It is said regarding the first battle against Amalek (Shemos 17:9) vayomer Moshe el Yehoshua bechar lanu anashim vitzei hilcahem baAmalek machar onochi nitzav al rosh hagivah umateh haElokim biyadi, Moshe said to Yehoshua, “Choose people for us and go do battle with Amalek; tomorrow I will stand on top of the hill with the staff of G-d in my hand. The Gemara (Yoma 52a-b) states that the word machar is one of five verses in the Torah whose grammatical structure cannot be determined. It is not clear whether the word machar, tomorrow, is a part of the previous clause or the following one. Moshe could have meant that Yehoshua should wage a war against Amalek tomorrow when Moshe would be standing at the top of the hill and praying. Alternatively, Moshe could have meant that Yehoshua should battle today and tomorrow Moshe would stand on top of the hill and pray. One must wonder if there is a deeper meaning in this ambiguity. In the past I have suggested that Moshe was inferring to Yehoshua that although he would be victorious today, the battle against Amalek would continue until the End of Days, as it is said (Shemos 17:16) milchama laHaShem baAmalek midor dor, HaShem maintains a war against Amalek, from generation to generation. Thus, the word machar connotes a tomorrow later on (See Rashi Shemos 13:14). This year I discovered a fascinating insight into the entire battle of Shaul against Amalek. Shmuel instructed Shaul (Shmuel I 15:2) ko amar HaShem tzivakos pakadti es asher asah Amalek liYisroel asher sam lo baderech baaloso mimitzrayim atah leich vihikisa es Amalek vihacharamtem es kol asher lo vilo sachmol alav viheimata meiish viad isha meiolel viad yonek mishor viad seh migamal viad chamor, so said HaShem, Master of Legions: ‘I have remembered what Amalek did to Israel – [the ambush] he emplaced against him on the way, as he went up from Egypt. Now go and strike down Amalek and destroy everything he has. Have no pity on him – kill man and woman alike, infant and suckling alike, ox and sheep alike, camel and donkey alike. Thus, Shmuel explicitly instructed Shaul to destroy everything Amalek had and not to have pity on him. The word for destruction is cherem and the word for pity is racheim. Shaul was to make Amalek cherem, i.e. destroyed, and as the Medrash (Koheles Zuta §7) states, because Shaul had pity on the cruel ones, i.e. Amalek, he ended up showing cruelty on those for whom he should have had compassion, i.e. the Givonim. The word machar contains the letters mem, ches, and reish, and these same letters are contained within the words cherem and racheim. Thus, the Torah is hinting that in the future, Shaul will have to choose between cherem, destruction, and racheim, compassion.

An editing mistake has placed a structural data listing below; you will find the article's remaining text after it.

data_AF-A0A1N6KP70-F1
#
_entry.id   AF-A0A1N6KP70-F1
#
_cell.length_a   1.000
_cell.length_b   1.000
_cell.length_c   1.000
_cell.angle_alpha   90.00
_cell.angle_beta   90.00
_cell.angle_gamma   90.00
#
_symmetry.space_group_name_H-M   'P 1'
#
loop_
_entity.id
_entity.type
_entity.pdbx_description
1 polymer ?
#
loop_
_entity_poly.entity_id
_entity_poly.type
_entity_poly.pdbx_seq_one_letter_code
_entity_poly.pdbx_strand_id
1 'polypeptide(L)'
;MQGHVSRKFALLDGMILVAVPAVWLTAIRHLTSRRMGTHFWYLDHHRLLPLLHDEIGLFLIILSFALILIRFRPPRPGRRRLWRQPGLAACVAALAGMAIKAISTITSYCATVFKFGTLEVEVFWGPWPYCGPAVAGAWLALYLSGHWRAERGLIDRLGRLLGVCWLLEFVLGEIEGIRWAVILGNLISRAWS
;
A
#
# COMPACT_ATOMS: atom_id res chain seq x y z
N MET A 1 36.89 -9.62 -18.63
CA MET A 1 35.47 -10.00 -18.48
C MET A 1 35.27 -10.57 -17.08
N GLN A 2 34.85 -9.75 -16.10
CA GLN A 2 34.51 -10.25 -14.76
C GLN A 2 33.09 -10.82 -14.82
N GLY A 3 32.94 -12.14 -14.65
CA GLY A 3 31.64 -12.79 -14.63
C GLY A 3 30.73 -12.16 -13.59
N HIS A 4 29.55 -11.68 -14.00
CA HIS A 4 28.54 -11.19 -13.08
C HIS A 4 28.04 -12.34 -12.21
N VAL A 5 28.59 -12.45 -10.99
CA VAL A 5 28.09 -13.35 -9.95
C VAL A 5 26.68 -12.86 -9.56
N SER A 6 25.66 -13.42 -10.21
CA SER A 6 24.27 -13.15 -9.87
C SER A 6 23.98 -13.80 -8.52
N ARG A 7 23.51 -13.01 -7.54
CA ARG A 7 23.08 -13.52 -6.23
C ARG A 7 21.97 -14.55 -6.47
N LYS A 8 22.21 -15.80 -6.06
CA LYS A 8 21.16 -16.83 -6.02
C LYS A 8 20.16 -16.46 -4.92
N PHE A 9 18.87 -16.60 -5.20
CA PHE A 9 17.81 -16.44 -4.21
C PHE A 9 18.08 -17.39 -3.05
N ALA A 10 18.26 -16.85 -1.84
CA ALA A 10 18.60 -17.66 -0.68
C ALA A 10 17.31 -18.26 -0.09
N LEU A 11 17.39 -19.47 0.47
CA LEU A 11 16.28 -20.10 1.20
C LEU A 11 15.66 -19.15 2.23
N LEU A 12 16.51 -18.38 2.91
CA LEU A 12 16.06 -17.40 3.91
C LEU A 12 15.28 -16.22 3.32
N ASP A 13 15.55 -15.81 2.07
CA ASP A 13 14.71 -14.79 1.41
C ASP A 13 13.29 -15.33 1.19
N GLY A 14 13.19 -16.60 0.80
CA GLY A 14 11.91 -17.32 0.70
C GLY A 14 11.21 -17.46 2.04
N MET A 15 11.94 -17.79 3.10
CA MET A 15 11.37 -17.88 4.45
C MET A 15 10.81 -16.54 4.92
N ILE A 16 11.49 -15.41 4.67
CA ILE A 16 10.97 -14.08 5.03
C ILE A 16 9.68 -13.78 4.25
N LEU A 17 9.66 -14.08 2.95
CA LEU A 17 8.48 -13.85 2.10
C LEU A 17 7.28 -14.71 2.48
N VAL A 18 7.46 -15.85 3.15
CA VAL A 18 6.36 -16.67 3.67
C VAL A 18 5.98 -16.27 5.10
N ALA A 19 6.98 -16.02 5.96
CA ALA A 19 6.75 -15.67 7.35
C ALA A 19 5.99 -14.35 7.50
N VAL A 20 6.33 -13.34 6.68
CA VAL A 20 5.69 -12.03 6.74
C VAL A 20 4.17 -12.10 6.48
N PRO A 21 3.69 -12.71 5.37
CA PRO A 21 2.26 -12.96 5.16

It is also interesting that the word machar, racheim, and cherem also equal the same gematria as Avraham (248). A possible association between Amalek and Avraham is that the Gemara (Bava Basra 91a) states that Avraham and Haman’s mothers had the same name, Amsalai.

King Shaul ignored the instructions that Shmuel gave him regarding the destruction of Amalek. It is said (Shmuel I 15:9) vayachmol Shaul vihaam al Agag vial meitav hatzon vihabakar vihamishnim vial hakarim vial kol hatov vilo avu hacharimam vichol hamelacha nimivzah vinameis osah hecherimu, Shaul, as well as the people, took pity on Agag, on the best of sheep, the cattle, the fatted bulls, the fatted sheep, and on all that was good; and they were not willing to destroy them; but the inferior and wretched livestock, that they did destroy. My good friend Rabbi Nachman Levine pointed out to me that there are numerous instances in this chapter where the word tov or a similar word meaning good appears. It is noteworthy that in this verse it is said that Shaul had pity on all that was good. What is all that was good referring to? Perhaps we can suggest that the Gemara (Megillah 14a) states that the removing of the signet ring was greater than all the prophets and prophetesses that arose in Israel. This is because all the prophets’ exhortations could not move the Jewish People to repentance and Achashveirosh proffering his signet ring to Haman for the annihilation of the Jewish People led the Jewish People to their repentance. The expression the Gemara uses is that the removal of the signet ring hecheziram lamutav, brought them back to good. Thus, Shaul had pity on all the good, i.e. by leaving Agag alive, he allowed for Haman to be born who ultimately would be the vehicle for the Jewish People’s repentance.